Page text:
As noted on one of the above tabs — ExposingExpo.com is now live. This is a project I did as part of an Advanced Online Journalism course at USC Annenberg School for Communication. My colleagues on the project who did much of the excellent reporting and design were Justina Ly, Maya Meinert, and Katie Riese. I only wish we had more time to really pimp out the Flash map and interactivity action.
ExposingExpo examines the issues and concerns surrounding Los Angeles MTA’s Expo Line — it’s first phase and more controversial second phase proposals.
A couple truly outstanding videos came out of the unexpected police action during the May 1 Immigration Rights Rally at MacArthur Park on Wilshire and Alvarado Streets in LA, Tuesday. So, good, and important to see, that I’m compelled to offer them below.
The first video puts you right in the action, a great piece of live journalism by GameJew, aka Jonathan Mann.
Unbelievable to see cops chasing people like this.
The second video was shot by Sasha Constanza-Chock (his written account of the experience is here. The disturbing footage begins at about 2:00.
Why did the police in riot gear allegedly not have badges visible? Why did they push the few derelict anarchists throwing “missiles” into the peaceful, all-ages crowd in the park instead of isolating them? How are they possibly trained to believe they can get away with intimidating the press for filming and reporting on the scene by firing rubber bullets indiscriminately?
Scary and unsolicited — are newspapers suddenly worth something again? (more to follow)…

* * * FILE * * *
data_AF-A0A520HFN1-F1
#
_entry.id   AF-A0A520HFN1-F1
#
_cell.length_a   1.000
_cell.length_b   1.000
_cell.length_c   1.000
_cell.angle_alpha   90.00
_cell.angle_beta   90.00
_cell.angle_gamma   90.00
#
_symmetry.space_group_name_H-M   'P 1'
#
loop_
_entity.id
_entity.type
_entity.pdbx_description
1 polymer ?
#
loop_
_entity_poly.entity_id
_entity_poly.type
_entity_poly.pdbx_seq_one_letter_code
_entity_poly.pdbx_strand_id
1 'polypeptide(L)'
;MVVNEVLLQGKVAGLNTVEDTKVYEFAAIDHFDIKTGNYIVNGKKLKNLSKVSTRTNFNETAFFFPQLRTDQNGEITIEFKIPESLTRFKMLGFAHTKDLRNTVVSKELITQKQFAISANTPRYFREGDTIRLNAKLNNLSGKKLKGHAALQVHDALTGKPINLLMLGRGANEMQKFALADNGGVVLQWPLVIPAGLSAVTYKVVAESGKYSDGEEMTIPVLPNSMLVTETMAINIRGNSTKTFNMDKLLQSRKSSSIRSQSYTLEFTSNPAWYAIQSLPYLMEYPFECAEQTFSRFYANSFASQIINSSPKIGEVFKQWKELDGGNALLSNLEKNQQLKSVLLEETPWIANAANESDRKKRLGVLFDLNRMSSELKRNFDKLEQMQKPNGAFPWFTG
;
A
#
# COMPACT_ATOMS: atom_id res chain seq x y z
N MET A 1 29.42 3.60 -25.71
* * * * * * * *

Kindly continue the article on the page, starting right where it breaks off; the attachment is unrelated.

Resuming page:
Dow Jones owns the Wall Street Journal, among other things, and Murdoch’s News Corp. bends the rules of media ownership with it’s massive stable of multiple media in practically every English speaking market worldwide. Just who does that include? It’s all on this list.
The Bancroft family (which controls Dow Jones), along with practically the entire staff of the Wall Street Journal, currently oppose News Corp.’s offer, while others — like analyst Mort Zuckerman — are calling Murdoch “brilliant.”
Shares of Dow Jones jumped over 50% to just shy of Murdoch’s offering price of $60/share in Tuesday trading. Other publicly traded newspaper company’s saw prices surge as well.
It may seem insulting to WSJ writers to be threatened with ownership by the likes of the mogul who has turned the likes of the New York Post into practically a supermarket tabloid. But more important and influential could be the residual effect of Murdoch’s lofty valuation of Dow Jones on the struggling (by Wall Street standards) newspaper industry.